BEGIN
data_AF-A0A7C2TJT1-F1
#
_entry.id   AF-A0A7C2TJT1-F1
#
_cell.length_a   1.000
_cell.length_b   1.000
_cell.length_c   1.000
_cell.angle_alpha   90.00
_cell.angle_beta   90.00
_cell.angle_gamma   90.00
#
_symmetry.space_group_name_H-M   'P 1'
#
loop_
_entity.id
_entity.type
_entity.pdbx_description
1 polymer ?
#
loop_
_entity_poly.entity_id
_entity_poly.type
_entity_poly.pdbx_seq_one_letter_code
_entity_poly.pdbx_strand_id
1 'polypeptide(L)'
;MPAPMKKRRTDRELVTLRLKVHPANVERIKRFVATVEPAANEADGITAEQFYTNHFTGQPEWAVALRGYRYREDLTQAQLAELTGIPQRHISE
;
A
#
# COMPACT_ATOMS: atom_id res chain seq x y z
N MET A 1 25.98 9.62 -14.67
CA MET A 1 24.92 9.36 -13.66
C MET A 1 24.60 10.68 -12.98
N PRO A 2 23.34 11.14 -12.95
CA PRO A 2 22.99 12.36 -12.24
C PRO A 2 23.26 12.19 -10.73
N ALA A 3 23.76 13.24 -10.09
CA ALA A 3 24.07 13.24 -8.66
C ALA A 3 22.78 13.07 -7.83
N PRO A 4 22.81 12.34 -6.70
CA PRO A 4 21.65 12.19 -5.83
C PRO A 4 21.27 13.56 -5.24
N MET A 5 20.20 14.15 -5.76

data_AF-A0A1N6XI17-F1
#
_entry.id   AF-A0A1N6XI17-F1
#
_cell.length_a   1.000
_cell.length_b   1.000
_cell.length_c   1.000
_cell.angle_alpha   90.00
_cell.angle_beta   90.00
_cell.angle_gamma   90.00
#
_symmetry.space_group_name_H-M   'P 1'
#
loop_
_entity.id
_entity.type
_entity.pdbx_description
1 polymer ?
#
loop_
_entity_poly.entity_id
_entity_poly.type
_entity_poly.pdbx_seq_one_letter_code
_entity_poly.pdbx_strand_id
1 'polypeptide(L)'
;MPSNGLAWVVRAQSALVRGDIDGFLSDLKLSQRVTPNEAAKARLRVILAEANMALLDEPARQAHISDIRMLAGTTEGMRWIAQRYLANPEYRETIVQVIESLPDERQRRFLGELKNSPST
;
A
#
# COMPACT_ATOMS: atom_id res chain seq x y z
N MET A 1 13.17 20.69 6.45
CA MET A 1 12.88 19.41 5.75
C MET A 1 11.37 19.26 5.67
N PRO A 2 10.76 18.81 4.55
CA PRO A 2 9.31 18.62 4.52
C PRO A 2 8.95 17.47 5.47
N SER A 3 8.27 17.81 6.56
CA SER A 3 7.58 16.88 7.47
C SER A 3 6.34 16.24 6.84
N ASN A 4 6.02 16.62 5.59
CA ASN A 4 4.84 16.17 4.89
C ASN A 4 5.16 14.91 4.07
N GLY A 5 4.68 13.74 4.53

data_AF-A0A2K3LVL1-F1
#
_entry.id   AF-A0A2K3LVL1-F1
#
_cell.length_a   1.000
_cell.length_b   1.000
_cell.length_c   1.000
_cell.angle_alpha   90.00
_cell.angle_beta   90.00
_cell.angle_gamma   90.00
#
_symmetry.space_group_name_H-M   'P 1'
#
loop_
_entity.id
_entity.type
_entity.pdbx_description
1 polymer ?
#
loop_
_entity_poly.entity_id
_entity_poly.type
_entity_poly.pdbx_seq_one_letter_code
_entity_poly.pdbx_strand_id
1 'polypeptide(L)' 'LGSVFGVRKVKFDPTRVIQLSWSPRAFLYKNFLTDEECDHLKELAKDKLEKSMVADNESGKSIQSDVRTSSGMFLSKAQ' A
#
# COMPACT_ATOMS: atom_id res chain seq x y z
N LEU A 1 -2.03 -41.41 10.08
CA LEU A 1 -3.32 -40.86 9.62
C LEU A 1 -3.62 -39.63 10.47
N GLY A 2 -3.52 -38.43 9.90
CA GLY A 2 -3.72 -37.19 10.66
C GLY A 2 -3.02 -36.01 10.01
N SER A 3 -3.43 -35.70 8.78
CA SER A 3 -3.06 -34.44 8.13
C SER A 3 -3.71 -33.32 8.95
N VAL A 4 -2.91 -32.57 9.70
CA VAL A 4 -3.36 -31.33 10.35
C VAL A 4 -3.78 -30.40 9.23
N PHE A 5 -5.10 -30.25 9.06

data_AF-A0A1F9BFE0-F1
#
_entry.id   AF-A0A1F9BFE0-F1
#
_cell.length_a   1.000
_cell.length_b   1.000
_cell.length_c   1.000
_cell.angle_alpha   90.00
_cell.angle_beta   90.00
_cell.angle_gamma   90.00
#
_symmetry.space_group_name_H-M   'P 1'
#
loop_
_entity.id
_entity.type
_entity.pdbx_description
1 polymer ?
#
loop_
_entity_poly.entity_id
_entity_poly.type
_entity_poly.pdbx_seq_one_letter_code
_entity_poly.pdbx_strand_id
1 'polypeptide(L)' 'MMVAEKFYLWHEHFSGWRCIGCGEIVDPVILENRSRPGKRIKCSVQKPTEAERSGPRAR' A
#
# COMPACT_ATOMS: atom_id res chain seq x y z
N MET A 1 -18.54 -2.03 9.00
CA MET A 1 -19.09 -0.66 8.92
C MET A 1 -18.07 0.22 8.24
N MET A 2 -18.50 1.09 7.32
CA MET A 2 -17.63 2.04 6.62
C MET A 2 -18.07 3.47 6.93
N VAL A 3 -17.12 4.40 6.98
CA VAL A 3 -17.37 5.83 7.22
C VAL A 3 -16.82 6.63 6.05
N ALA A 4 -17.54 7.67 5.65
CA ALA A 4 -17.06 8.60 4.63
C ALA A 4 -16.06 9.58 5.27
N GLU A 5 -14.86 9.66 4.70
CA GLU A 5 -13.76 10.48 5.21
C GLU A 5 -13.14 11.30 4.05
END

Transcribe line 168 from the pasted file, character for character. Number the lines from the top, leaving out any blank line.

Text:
C GLU A 5 -13.14 11.30 4.05